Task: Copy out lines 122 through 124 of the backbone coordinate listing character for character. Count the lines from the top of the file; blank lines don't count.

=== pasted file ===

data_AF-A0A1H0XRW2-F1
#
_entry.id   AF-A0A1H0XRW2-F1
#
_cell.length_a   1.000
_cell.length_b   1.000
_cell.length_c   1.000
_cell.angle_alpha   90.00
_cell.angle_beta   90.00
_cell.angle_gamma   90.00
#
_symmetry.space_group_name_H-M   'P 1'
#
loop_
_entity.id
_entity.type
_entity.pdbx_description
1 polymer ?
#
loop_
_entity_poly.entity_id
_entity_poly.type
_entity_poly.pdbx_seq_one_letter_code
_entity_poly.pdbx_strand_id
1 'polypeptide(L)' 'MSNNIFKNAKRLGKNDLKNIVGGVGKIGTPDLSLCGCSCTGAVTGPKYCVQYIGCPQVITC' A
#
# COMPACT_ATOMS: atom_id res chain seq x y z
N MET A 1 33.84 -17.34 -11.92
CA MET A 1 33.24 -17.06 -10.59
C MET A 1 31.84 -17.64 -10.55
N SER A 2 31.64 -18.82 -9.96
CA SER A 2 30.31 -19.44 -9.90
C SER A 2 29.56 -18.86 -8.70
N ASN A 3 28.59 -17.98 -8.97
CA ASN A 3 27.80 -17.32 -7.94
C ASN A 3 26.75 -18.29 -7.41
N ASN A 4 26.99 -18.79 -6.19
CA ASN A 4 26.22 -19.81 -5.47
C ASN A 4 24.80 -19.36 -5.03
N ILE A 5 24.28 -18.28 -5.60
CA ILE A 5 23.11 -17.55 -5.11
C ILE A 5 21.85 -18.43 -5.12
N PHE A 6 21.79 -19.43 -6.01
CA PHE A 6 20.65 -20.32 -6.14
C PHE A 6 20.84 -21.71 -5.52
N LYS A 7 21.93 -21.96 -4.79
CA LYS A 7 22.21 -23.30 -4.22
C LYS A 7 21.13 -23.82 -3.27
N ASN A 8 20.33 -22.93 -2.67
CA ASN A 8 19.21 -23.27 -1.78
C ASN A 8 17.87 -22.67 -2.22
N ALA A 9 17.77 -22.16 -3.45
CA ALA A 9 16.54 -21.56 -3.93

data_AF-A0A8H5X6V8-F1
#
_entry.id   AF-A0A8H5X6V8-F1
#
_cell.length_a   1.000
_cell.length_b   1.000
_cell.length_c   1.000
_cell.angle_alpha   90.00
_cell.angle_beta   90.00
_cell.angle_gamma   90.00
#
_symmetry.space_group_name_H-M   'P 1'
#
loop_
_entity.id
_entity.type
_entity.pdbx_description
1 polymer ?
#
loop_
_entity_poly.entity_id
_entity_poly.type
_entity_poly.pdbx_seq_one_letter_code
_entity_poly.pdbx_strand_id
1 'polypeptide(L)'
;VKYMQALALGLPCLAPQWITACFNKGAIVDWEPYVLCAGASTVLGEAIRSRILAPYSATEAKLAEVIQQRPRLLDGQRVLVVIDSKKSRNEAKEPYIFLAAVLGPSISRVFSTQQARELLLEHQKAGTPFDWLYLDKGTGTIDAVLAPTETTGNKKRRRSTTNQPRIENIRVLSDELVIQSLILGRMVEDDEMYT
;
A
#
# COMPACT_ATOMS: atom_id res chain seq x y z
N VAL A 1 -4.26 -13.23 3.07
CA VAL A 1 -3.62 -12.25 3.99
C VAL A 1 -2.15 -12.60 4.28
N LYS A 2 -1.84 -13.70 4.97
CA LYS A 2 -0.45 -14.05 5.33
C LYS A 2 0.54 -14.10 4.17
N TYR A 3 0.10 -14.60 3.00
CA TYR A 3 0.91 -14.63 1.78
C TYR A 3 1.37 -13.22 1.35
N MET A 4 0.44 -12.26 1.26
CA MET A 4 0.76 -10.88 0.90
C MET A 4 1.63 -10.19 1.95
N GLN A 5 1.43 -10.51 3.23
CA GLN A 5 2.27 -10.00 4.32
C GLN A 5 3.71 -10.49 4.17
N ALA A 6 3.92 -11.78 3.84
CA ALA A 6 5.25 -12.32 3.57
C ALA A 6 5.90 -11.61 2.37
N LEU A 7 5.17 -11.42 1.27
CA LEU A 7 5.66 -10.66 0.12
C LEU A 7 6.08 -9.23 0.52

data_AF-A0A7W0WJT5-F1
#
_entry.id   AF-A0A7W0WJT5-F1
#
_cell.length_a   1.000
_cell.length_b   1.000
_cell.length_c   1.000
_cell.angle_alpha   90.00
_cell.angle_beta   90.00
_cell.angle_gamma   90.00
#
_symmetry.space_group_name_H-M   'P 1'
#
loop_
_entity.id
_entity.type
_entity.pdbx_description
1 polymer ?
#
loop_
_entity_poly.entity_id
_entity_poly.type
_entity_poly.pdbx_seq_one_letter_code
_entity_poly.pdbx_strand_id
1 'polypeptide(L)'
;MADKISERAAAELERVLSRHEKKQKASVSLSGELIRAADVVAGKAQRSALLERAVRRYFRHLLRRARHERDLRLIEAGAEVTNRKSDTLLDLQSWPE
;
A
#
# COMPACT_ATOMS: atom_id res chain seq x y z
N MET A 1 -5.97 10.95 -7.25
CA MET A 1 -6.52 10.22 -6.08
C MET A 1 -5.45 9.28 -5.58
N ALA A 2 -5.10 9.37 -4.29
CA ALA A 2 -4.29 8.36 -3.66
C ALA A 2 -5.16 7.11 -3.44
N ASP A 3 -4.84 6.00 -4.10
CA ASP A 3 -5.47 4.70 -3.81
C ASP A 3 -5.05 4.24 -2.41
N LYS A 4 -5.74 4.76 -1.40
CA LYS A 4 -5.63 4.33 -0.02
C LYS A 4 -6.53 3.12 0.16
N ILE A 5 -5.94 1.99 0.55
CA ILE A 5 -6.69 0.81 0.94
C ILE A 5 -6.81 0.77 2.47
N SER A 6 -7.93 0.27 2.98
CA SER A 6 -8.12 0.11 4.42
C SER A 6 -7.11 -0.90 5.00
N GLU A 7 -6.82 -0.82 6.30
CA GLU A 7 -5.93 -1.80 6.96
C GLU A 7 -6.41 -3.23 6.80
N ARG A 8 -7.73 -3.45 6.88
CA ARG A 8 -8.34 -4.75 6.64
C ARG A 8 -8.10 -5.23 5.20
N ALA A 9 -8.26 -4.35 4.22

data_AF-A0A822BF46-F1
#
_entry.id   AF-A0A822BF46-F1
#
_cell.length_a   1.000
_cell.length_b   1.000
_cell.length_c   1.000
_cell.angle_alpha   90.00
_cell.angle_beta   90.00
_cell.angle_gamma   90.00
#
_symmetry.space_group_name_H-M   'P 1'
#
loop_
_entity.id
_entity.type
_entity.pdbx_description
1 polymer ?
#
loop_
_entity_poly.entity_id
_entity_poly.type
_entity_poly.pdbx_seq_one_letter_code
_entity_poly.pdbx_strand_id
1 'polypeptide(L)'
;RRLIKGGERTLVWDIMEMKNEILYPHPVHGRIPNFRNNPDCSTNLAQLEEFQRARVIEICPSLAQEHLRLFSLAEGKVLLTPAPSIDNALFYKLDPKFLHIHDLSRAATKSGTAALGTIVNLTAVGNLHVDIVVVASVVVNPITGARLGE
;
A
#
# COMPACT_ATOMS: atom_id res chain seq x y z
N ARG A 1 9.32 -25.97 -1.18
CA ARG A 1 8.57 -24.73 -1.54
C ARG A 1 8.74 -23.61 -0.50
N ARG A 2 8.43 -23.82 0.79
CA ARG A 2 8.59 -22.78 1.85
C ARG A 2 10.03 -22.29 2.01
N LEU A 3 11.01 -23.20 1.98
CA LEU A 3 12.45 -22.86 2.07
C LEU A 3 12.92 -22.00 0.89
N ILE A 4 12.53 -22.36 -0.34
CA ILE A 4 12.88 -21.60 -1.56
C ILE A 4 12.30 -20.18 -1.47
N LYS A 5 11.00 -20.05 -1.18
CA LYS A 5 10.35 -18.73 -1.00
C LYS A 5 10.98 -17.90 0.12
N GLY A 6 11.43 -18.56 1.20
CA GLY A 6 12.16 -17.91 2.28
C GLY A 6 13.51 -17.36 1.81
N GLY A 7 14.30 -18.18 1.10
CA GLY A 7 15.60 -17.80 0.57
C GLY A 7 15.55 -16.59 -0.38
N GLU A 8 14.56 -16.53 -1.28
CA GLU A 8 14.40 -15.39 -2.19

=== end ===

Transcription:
1 polymer ?
#
loop_